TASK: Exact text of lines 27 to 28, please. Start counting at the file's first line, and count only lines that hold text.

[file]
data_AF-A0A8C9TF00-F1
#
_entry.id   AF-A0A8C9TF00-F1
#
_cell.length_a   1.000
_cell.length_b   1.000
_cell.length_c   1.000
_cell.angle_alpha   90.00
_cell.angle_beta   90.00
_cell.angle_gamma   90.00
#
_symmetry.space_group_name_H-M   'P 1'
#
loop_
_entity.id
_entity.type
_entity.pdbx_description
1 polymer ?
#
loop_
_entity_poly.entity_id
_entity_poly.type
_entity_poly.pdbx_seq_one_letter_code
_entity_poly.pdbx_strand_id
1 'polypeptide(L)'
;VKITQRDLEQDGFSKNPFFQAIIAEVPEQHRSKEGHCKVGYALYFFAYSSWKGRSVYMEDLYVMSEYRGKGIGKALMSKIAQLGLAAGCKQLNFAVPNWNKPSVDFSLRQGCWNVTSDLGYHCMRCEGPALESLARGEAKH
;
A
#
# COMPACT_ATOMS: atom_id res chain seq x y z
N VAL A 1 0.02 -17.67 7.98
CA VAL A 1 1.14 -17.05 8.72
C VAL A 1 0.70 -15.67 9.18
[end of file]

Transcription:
;
A